At the same time, however, having everything running from one place exposes the company to a decent level of risk, since a vulnerability in the core Atlas platform could lead to disaster if left unchecked.
As well, several facets of PTC’s product suite offer their own unique threats that they must address. For example, its developments in the IoT space open up the opportunity for breaches, unless carefully monitored. According to Curtis Simpson, the chief information security officer of Armis Security, keeping IoT devices secure is of the utmost importance.
“There is a serious difference between the pace at which we’re deploying tech and the pace at which we can secure that tech,” he said. “If you look at these types of devices as a bad actor, you look at them as stepping stones. It’s not about having everything connected to the Internet; it’s about having something connected to the Internet that’s easy enough to break into. And then I’m able to hop to the other things that you haven’t really secured well enough, such that I can get into them and then do whatever I need to through them.”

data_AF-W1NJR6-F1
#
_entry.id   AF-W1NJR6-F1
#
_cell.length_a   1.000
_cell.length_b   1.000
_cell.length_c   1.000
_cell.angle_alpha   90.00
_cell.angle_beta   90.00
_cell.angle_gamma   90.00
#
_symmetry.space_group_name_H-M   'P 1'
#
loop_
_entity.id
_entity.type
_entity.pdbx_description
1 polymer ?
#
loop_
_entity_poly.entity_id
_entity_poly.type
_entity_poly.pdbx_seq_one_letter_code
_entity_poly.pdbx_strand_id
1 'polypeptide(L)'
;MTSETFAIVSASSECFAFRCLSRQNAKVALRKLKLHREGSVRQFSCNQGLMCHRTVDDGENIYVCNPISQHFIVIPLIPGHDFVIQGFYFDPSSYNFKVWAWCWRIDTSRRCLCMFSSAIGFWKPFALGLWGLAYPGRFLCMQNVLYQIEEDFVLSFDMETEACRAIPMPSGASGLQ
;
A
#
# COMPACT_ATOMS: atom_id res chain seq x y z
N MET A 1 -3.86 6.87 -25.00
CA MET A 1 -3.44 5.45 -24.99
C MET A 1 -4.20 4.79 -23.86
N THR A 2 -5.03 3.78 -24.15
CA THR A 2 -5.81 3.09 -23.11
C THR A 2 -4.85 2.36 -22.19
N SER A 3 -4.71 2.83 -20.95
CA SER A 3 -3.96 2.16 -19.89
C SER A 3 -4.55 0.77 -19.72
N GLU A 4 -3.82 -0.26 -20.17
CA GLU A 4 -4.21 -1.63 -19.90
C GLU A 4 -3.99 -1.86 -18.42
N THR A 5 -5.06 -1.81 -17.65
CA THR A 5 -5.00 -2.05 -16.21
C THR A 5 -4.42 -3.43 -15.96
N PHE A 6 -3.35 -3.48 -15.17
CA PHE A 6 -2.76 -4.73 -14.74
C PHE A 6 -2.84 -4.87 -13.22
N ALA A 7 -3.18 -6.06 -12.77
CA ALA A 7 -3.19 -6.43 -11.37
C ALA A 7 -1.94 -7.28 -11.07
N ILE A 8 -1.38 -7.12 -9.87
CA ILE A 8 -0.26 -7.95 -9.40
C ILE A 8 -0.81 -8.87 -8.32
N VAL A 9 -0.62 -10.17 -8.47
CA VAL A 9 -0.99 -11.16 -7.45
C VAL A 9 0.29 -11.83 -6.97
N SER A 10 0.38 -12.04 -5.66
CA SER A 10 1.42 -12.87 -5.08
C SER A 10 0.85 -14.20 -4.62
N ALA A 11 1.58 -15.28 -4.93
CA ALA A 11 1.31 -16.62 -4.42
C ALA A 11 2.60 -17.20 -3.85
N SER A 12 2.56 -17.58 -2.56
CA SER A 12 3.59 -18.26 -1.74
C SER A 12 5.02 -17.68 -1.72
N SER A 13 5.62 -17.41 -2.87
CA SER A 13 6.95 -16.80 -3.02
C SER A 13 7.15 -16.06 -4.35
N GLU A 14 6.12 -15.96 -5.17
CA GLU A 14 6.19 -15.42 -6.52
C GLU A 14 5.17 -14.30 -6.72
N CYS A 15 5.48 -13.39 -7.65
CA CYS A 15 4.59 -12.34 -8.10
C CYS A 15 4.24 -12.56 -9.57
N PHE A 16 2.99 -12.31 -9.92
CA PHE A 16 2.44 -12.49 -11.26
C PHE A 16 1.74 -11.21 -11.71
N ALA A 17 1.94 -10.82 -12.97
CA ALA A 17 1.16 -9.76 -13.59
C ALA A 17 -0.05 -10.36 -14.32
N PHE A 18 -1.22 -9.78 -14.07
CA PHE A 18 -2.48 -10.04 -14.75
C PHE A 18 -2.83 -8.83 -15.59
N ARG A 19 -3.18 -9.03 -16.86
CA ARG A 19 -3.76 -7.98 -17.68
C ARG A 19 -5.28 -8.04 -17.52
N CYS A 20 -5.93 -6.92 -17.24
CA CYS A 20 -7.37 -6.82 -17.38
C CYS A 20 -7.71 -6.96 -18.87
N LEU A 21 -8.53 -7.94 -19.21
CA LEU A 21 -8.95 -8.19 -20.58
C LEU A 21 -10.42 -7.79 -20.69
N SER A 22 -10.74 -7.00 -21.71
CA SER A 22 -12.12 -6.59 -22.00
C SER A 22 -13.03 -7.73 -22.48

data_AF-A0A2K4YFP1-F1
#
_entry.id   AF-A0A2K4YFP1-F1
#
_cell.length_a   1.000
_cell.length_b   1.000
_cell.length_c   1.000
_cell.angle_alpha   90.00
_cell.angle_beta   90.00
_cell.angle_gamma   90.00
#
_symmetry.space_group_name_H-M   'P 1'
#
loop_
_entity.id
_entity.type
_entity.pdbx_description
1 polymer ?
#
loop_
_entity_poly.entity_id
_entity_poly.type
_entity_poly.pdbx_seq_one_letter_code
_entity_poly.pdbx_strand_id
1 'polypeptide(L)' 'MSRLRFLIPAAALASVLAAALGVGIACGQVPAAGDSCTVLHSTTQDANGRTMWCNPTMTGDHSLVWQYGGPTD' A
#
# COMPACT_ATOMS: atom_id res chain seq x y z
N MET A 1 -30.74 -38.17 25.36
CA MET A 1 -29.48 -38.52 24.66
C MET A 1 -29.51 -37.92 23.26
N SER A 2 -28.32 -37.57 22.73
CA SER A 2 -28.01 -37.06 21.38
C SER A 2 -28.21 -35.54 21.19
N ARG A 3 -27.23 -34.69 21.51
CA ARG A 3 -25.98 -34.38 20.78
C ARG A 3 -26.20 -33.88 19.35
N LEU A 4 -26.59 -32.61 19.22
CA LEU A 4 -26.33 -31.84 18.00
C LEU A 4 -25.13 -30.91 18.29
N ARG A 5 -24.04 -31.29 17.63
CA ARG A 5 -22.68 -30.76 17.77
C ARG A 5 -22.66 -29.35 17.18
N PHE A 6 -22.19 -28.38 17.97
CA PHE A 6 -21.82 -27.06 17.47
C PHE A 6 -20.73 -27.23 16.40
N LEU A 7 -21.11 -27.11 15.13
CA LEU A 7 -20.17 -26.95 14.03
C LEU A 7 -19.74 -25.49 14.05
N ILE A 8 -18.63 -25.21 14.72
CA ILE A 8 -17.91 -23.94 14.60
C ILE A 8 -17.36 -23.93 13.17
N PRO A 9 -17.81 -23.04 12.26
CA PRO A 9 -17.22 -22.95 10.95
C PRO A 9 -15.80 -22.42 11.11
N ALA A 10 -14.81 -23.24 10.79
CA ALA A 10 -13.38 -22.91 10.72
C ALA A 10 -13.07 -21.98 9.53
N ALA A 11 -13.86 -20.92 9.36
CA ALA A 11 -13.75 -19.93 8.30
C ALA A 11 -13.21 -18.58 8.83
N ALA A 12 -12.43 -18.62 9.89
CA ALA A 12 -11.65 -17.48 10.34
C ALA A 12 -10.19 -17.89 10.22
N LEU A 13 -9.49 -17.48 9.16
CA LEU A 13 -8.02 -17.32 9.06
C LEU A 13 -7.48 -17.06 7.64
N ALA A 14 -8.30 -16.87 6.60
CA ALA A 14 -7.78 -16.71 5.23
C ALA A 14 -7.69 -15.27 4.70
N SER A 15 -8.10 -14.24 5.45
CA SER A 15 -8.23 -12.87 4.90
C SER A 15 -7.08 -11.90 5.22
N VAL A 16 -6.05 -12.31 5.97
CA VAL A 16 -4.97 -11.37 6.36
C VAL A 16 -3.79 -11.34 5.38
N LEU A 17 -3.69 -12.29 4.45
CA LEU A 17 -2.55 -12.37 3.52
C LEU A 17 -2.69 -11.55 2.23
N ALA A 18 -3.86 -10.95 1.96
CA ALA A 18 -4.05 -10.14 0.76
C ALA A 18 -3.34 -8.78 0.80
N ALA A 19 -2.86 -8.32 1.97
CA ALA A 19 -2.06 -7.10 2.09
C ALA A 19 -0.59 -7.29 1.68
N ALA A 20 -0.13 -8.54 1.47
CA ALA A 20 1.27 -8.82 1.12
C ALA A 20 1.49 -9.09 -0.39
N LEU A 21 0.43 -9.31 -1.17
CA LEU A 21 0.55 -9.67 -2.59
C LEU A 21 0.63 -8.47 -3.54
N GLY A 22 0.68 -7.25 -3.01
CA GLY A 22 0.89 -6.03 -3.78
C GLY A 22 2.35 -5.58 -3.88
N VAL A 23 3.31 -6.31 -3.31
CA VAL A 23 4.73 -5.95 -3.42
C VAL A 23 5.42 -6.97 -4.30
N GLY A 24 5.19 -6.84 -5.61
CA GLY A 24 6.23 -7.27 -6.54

To that end, PTC has established a cybersecurity council to ensure that the company is up to date on the industry’s latest threats and vulnerabilities, and security patches can be quickly and universally implemented once any issues have been discovered.
“We’re fully aware of the need to secure this stuff. We follow all the best practices; we take [IoT security] very, very seriously,” Heppelmann said. “We also know it’s a never-ending battle; cybersecurity, for every software company, is the number one existential risk.”
A peek into the future: Generative 3D
Looking to the future of PTC, one of the main topics on everyone’s mind is Artificial Intelligence. The technology has seen a massive leap forward in the past few months, primarily in the field of “Generative” AI, such as that seen in platforms like ChatGPT and DALLe. These use training datasets to generate new content based on patterns and examples it has learned from a training dataset.
When asked about PTC’s intentions to capitalize on recent AI developments, Heppelmann made the impromptu announcement that Onshape, one of PTC’s CAD programs used to create 3D models, will soon feature “Generative 3D.”
“We’re going to put Generative 3D in the free version of Onshape, to allow people to get a more viral experience and try it out,” he said, explaining that the program will enable users to generate 3D models based on their input prompts, similar to AI art generators seen today.
“We’re going to make that available in Onshape,” he said, “with the hope of raising everybody’s understanding [of Generative 3D] in general, because it’s super powerful technology.”